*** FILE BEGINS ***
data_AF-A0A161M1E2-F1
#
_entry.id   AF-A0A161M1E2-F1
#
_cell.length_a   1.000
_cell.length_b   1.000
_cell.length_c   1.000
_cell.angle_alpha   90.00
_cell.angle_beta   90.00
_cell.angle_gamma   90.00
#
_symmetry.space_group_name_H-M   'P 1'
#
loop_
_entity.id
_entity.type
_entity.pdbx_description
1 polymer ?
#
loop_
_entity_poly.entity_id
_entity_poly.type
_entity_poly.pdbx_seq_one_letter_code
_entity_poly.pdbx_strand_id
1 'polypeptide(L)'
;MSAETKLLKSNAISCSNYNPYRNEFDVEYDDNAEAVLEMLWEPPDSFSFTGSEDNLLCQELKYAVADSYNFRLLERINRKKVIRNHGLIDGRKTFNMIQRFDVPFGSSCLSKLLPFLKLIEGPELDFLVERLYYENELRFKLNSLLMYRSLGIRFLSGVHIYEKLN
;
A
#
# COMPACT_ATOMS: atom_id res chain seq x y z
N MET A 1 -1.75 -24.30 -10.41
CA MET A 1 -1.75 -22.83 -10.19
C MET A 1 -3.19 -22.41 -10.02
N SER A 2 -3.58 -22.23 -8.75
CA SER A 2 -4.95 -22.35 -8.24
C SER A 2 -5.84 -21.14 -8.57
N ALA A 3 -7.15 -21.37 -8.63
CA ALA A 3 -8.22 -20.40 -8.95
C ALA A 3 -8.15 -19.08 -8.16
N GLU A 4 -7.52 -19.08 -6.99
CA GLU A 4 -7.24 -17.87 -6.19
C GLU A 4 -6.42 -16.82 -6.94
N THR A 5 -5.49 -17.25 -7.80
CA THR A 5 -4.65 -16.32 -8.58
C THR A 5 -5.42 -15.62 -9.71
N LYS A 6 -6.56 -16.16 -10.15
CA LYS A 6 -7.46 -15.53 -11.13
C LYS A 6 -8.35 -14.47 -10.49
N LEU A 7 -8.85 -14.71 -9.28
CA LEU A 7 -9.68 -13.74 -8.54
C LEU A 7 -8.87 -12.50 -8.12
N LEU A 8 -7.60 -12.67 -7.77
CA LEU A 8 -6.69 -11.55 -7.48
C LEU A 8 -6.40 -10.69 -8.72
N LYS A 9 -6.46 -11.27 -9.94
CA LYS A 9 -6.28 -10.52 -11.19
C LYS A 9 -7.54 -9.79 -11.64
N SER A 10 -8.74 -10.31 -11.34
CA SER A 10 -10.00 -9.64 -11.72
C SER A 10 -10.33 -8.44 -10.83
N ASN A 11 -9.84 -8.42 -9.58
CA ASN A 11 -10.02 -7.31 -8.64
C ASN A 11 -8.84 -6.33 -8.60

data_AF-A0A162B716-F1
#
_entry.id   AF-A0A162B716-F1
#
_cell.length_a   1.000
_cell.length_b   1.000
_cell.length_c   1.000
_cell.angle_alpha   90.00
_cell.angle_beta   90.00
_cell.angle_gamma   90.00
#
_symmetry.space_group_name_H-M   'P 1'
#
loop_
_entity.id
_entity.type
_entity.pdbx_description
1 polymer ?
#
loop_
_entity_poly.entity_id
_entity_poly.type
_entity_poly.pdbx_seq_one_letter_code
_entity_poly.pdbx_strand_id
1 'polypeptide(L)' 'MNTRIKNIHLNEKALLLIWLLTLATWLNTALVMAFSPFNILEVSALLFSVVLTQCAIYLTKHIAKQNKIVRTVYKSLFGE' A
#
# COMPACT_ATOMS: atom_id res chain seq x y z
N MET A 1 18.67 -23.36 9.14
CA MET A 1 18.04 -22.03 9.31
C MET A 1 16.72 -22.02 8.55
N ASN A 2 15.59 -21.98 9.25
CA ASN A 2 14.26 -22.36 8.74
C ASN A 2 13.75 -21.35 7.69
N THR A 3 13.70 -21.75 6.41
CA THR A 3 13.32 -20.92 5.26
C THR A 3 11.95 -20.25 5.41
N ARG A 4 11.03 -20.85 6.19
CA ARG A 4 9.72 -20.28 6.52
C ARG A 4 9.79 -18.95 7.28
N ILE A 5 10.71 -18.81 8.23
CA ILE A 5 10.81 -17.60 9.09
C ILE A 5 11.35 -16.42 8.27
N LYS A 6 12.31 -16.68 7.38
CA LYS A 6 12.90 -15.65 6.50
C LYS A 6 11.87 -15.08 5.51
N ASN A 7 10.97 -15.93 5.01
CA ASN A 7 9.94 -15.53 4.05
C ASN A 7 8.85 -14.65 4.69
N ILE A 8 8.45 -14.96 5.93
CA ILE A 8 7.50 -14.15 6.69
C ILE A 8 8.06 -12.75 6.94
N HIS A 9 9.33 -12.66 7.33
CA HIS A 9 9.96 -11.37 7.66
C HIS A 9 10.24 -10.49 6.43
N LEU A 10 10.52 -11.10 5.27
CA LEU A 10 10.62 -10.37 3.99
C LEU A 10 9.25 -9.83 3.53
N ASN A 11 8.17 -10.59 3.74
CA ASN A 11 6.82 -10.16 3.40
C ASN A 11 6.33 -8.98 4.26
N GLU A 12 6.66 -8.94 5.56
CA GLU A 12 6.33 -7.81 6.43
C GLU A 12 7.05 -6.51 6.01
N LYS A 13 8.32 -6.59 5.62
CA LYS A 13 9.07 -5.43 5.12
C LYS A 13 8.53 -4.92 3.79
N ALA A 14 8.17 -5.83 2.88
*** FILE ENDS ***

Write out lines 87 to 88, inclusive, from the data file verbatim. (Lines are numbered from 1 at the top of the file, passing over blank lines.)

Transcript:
_entity_poly.pdbx_strand_id
1 'polypeptide(L)' 'MNTRIKNIHLNEKALLLIWLLTLATWLNTALVMAFSPFNILEVSALLFSVVLTQCAIYLTKHIAKQNKIVRTVYKSLFGE' A